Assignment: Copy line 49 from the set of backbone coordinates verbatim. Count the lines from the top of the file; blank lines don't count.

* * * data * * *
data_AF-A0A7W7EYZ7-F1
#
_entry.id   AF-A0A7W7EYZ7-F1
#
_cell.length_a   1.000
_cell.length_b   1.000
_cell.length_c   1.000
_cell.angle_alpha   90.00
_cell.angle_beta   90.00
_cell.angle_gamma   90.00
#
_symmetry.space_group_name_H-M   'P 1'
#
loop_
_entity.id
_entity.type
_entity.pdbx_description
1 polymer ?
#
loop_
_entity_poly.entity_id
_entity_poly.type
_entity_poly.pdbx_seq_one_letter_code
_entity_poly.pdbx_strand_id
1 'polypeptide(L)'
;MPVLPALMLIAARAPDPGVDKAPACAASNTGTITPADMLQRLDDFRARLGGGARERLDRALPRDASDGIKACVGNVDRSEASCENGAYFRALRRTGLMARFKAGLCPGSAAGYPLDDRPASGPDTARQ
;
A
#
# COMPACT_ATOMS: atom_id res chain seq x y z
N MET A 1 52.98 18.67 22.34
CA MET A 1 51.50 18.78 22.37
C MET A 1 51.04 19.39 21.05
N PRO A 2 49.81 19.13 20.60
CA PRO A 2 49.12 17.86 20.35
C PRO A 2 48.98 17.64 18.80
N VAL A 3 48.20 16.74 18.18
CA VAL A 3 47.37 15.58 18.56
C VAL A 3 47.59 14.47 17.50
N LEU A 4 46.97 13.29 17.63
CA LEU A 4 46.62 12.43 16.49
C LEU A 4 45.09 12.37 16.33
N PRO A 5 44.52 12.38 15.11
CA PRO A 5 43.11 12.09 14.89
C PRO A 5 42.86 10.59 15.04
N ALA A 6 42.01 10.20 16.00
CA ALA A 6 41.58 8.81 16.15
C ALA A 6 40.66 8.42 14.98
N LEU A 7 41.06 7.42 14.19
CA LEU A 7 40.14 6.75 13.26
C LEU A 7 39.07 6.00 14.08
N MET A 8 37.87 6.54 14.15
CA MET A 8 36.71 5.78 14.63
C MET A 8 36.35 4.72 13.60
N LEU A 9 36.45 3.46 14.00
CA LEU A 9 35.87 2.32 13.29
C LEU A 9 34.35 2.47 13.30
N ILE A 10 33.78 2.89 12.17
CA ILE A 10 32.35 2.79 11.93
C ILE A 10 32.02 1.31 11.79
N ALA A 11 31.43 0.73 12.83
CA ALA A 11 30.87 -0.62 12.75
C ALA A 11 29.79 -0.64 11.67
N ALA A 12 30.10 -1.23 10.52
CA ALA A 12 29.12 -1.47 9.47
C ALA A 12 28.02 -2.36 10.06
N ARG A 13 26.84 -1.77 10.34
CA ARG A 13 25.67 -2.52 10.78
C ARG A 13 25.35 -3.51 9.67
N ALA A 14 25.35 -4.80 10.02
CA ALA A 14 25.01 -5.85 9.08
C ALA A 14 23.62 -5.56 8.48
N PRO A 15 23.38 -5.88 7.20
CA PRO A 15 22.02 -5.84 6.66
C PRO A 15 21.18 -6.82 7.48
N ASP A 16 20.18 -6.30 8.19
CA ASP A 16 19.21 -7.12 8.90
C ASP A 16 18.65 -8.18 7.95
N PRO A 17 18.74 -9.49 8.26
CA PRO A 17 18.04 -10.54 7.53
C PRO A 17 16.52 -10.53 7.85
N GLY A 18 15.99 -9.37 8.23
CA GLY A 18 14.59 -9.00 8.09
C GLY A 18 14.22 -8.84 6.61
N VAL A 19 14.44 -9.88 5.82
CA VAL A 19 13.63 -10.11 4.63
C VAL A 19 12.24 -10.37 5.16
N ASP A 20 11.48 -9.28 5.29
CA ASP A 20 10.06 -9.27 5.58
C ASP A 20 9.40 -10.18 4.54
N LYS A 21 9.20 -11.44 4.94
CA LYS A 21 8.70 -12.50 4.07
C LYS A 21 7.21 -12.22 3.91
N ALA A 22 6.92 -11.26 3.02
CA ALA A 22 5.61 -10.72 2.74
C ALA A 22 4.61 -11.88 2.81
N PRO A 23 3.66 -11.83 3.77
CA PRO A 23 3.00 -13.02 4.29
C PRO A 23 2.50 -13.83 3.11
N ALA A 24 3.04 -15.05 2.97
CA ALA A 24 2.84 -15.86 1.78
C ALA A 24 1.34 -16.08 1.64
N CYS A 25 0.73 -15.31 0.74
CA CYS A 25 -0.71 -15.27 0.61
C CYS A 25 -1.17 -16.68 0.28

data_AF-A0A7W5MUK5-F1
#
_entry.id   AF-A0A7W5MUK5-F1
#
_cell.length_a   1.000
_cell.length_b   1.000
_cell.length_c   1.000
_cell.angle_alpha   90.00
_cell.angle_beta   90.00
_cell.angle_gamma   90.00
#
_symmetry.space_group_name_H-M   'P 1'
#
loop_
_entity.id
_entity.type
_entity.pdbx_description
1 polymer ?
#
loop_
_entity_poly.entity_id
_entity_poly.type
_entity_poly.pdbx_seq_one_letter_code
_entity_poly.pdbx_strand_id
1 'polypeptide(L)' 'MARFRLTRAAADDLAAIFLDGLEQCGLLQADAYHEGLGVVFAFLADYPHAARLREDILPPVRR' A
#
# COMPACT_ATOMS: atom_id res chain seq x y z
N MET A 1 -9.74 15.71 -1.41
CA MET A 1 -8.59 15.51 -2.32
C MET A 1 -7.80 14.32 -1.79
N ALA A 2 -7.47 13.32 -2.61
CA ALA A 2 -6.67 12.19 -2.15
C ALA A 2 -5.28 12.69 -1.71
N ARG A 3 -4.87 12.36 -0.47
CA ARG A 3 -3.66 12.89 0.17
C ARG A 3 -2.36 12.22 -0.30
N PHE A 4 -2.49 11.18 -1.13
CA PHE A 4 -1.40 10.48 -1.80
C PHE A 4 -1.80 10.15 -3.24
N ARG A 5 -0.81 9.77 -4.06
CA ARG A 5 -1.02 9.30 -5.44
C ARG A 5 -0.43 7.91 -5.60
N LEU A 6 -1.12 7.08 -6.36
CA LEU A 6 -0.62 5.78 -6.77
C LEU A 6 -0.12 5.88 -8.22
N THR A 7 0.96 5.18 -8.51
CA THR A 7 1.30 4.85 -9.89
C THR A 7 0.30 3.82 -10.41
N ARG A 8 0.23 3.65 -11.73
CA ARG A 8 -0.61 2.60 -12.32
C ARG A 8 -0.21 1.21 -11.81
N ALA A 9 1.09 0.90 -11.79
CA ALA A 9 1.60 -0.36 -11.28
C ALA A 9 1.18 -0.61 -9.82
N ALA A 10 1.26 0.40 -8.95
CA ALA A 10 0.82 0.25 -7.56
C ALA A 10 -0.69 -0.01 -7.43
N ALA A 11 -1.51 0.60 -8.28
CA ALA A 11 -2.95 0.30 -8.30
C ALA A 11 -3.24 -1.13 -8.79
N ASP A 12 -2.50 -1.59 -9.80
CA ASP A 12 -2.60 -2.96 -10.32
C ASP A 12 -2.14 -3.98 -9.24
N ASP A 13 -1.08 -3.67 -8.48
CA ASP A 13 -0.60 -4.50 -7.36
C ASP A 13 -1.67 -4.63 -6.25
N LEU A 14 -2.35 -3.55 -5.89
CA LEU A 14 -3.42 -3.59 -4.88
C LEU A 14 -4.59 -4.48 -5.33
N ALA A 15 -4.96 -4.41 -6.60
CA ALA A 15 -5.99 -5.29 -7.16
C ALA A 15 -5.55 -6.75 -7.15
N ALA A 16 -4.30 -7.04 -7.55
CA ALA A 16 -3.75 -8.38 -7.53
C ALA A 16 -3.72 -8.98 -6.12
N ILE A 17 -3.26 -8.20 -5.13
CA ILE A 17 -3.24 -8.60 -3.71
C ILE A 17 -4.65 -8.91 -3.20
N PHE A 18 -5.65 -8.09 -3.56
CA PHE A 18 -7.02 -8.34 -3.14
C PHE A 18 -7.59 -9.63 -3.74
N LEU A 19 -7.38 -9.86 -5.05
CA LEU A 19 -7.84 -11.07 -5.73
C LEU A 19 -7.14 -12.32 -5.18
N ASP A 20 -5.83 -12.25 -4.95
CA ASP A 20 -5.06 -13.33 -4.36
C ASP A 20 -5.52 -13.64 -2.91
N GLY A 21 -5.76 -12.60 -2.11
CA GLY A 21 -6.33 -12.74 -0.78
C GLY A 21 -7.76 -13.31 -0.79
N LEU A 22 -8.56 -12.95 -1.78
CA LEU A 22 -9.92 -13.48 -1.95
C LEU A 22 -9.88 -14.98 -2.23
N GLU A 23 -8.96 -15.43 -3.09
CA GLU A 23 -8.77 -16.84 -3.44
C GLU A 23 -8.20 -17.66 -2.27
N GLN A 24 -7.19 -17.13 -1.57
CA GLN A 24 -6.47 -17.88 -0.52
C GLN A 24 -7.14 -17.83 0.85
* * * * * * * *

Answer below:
N LEU A 7 41.06 7.42 14.19